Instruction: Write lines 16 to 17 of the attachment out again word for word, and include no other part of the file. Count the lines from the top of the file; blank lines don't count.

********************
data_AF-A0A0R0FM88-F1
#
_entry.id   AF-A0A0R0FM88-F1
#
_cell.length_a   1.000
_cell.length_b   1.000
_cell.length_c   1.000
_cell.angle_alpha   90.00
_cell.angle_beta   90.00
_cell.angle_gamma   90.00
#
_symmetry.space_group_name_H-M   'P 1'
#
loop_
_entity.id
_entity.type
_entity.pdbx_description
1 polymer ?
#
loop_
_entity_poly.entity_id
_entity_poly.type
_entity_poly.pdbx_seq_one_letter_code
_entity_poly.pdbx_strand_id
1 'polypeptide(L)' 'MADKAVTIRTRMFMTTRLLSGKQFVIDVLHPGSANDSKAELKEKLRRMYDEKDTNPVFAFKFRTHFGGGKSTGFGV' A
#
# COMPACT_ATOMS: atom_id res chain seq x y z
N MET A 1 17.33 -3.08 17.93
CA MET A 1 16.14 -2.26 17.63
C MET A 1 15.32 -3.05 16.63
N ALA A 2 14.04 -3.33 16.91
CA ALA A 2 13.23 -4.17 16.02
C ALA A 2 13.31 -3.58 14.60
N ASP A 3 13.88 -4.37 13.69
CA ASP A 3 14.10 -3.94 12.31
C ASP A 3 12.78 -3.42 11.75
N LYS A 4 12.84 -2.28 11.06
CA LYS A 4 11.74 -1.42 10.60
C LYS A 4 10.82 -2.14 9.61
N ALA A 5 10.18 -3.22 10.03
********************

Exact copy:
_entity.type
_entity.pdbx_description